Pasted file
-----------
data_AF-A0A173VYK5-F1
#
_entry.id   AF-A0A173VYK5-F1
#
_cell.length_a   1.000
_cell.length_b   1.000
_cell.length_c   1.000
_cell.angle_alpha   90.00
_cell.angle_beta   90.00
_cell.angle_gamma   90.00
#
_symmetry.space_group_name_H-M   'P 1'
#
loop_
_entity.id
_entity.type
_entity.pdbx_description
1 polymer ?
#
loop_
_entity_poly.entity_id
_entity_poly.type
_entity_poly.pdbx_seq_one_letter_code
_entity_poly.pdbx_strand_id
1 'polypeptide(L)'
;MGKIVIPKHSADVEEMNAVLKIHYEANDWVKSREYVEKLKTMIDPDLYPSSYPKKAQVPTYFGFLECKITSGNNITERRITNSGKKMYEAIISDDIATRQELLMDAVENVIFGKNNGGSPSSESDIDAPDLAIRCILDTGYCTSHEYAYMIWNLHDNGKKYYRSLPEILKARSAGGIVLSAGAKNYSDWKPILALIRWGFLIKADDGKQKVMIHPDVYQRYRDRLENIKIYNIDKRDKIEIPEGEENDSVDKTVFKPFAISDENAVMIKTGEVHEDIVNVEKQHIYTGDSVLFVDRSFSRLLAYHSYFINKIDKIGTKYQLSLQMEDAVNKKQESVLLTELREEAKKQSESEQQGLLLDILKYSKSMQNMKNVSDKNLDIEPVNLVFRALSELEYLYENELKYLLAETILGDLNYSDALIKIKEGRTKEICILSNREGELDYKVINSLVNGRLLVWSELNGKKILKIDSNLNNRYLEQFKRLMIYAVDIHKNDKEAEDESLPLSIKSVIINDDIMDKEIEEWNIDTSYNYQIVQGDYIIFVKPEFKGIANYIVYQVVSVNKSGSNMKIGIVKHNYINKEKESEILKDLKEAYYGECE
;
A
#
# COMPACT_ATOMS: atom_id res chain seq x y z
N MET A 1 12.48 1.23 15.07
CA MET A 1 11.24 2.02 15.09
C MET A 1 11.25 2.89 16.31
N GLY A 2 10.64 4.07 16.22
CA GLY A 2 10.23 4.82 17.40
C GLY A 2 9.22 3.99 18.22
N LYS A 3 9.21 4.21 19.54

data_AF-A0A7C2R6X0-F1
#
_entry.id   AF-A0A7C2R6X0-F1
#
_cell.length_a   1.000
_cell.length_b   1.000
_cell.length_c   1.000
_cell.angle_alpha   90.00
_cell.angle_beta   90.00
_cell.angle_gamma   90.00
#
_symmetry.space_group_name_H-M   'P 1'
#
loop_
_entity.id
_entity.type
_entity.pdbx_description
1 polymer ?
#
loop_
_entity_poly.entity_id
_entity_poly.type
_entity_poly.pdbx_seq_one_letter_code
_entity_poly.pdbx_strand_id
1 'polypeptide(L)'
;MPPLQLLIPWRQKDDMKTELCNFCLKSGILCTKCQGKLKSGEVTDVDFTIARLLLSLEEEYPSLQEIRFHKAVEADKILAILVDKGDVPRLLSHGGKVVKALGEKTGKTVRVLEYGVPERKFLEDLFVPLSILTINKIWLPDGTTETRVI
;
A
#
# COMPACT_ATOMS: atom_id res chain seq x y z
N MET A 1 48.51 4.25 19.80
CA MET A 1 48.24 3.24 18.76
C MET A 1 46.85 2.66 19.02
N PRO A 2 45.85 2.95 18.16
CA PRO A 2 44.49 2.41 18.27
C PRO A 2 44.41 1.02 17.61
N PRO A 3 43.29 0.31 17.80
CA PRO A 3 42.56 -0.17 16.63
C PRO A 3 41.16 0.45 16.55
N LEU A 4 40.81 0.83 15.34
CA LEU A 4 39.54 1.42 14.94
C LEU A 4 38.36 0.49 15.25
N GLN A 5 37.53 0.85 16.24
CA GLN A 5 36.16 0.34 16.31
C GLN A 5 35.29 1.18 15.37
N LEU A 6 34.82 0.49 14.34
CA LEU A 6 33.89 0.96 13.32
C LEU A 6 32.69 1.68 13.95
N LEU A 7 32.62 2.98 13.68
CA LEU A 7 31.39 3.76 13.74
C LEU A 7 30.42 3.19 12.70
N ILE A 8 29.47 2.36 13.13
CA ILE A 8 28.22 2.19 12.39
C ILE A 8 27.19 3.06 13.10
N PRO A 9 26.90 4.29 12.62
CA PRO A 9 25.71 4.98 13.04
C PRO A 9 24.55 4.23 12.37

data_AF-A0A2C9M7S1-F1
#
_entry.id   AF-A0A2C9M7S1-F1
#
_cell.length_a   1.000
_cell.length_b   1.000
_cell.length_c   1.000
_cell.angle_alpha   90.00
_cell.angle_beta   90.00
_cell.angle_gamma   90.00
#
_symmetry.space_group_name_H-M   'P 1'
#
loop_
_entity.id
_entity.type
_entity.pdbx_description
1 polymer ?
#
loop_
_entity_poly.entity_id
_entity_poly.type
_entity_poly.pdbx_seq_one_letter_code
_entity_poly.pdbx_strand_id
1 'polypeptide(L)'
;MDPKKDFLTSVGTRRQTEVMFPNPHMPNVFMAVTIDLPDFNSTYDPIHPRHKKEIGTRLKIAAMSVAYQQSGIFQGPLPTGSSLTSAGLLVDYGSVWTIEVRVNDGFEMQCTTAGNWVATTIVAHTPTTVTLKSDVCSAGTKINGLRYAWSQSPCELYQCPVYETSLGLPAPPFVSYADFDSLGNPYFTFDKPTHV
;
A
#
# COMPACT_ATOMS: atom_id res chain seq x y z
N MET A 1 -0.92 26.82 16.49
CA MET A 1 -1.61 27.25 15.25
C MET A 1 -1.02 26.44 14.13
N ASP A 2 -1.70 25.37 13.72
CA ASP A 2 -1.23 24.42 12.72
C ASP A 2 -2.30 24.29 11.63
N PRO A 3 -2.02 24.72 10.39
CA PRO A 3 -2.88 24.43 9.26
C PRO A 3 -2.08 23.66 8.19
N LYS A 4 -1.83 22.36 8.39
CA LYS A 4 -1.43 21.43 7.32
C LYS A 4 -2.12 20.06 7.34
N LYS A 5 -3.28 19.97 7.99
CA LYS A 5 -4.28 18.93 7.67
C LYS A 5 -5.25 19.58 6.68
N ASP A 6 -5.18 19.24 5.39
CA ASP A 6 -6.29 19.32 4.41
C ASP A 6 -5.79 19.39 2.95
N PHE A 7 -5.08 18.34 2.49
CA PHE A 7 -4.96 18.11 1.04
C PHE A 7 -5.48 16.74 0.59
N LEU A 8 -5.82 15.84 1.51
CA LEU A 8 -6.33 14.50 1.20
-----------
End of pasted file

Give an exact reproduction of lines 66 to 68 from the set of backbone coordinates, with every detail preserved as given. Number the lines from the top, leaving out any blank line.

#
# COMPACT_ATOMS: atom_id res chain seq x y z
N MET A 1 48.51 4.25 19.80